Decreasing the time to the second sale is another important goal for getting into more deals. (New sales to existing customers are among the most attractive of all deals!) How do you get to the second deal faster? By making sure the customer’s initial experience is so successful that they can’t wait to buy more! Again, what are your options? Over time you can add features and capabilities to make the initial experience better. But in the short term you can give them better training and documentation, focused on solving the business problems your product addresses. And you can offer online videos that show how to quickly and easily do important functions.

Increase average deal size

There are tactical ways to increase average deal size, and strategic ways. For example, you can focus your sales efforts on your biggest prospects, and not pursue smaller deals. If you can win either size of deal with a comparable effort, this makes a lot of sense as a tactic. This is not so much a product management decision, although of course you have input into some of these sales decisions.

Our focus as product managers needs to be more strategic than tactical in this area. Larger deals, especially in business software, are often dependent on more “enterprise-level” features or capabilities. Those are longer term commitments from the you and the product team, and usually can’t make a short-term difference, despite their importance over the long term. But there are sometimes short-term workarounds. For example, a partnership with another vendor with a complementary product that addresses one of your enterprise-level shortcomings.

Get into a new segment or market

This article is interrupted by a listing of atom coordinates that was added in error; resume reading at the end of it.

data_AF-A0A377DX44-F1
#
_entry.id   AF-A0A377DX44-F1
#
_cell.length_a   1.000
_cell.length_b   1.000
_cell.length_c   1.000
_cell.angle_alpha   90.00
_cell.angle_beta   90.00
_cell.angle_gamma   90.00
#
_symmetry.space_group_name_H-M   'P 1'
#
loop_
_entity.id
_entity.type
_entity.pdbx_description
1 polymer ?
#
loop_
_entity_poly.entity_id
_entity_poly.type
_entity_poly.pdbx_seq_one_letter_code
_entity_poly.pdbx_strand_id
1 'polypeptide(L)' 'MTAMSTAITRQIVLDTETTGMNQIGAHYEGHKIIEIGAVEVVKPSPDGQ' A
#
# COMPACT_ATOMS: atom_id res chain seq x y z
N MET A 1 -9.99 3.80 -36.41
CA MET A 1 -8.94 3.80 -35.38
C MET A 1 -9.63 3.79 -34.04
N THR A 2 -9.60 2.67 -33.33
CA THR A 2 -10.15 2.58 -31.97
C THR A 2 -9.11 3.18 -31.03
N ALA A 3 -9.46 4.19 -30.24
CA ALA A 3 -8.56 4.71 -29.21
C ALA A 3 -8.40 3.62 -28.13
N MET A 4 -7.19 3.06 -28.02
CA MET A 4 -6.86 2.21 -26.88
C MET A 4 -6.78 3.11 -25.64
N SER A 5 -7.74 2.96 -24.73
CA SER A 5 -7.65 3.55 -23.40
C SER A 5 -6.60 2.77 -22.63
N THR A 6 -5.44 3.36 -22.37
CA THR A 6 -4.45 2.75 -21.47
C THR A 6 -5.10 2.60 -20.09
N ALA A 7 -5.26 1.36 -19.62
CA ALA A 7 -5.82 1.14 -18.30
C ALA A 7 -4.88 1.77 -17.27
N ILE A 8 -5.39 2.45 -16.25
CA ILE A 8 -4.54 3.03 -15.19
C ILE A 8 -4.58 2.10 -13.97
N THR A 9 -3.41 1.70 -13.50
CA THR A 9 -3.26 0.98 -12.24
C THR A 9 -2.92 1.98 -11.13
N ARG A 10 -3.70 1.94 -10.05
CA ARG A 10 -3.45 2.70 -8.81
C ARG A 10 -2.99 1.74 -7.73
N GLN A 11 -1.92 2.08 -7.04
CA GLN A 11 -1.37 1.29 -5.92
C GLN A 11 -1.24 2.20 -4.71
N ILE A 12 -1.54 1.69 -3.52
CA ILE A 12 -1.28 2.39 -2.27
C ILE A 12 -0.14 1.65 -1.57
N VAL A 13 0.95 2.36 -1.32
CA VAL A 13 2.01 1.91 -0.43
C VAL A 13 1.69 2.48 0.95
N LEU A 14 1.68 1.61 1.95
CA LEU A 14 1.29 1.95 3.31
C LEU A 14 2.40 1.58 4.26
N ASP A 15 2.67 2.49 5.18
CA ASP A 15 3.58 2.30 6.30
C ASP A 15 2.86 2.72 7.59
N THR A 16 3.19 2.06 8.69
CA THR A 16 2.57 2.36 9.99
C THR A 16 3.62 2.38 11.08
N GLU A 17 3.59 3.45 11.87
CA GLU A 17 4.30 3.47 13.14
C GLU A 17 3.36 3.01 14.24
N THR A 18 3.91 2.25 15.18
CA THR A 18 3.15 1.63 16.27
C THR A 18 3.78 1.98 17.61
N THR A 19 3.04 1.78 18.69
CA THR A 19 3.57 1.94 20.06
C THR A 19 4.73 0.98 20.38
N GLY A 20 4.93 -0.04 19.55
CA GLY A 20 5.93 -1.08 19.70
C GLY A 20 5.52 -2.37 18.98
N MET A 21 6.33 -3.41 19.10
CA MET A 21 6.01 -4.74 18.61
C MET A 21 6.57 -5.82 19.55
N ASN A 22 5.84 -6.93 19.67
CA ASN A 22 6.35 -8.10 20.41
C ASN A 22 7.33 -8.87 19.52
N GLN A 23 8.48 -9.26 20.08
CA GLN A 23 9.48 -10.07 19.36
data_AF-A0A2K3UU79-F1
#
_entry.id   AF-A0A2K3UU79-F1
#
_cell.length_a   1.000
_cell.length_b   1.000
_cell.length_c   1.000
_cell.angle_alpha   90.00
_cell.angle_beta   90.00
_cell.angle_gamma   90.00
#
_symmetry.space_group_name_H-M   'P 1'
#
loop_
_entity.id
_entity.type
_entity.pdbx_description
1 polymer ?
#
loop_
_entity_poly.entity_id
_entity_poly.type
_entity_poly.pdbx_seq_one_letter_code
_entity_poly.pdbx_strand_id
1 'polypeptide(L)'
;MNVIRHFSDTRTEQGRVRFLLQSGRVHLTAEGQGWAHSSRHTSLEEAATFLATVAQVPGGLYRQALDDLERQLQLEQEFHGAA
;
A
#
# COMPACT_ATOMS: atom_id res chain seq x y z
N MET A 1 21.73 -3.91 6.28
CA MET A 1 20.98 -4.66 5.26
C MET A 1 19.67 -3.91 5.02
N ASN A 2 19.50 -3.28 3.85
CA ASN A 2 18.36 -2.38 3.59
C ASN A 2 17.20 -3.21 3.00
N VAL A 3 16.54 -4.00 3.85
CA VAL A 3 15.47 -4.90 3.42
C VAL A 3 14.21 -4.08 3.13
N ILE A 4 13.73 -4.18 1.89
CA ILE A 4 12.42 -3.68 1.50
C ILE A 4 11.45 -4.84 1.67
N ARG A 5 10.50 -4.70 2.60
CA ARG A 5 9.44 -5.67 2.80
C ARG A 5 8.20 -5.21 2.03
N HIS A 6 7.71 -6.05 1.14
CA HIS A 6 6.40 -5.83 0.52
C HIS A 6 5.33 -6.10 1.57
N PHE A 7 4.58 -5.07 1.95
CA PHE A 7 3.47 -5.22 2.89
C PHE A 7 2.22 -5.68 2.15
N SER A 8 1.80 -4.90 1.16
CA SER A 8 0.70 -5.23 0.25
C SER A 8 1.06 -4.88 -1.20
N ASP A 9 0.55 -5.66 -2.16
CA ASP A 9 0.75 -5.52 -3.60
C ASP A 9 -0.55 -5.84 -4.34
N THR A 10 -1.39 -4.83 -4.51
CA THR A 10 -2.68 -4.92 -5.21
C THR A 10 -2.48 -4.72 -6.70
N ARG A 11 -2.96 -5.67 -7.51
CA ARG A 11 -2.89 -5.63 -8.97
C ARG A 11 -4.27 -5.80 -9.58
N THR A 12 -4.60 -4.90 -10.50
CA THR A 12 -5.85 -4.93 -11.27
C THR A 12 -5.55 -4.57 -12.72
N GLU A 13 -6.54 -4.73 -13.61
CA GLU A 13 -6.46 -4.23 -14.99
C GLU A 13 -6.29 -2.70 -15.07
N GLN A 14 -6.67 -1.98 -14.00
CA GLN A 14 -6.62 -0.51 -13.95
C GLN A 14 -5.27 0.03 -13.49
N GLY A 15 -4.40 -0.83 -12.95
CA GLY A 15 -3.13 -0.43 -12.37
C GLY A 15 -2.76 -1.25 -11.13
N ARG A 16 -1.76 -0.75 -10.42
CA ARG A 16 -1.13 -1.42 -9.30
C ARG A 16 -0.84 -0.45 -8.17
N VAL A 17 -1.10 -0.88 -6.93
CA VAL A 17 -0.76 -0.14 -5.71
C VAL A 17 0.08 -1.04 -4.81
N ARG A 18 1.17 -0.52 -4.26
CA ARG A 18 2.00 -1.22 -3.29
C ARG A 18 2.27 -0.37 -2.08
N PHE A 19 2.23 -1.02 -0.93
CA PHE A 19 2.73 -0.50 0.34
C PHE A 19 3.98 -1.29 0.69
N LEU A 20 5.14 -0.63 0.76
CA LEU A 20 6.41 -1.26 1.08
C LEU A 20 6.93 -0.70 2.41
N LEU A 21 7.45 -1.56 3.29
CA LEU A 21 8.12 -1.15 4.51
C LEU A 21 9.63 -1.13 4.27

Now, this is where the real fun is! New products! New features! You’ve been working on keeping your product portfolio pipeline full, right? You have plenty of validated new product ideas to choose from, many of which will open new markets for your company. Some will be extensions of the existing product that will enable you to sell higher, or sell to adjacent markets. Some will be completely new products that will address completely new business problems.

Remember that for most successful product companies, 50% of their revenue comes from products introduced in the last three years – you have to keep that pipeline full and pumping out great new stuff.

Let’s make some money!

Our job as product managers is not to “make products” but to create solutions to market problems that people will buy. There’s only one reason people buy business software – to solve business problems. And there are only five ways to sell more of it.

Let me know what you think of this post. I’d love to hear your reaction – and how you’re handling this problem of making more money.


19
Mar 14

Don’t Just Use Social Proof – Make Sure It’s Personal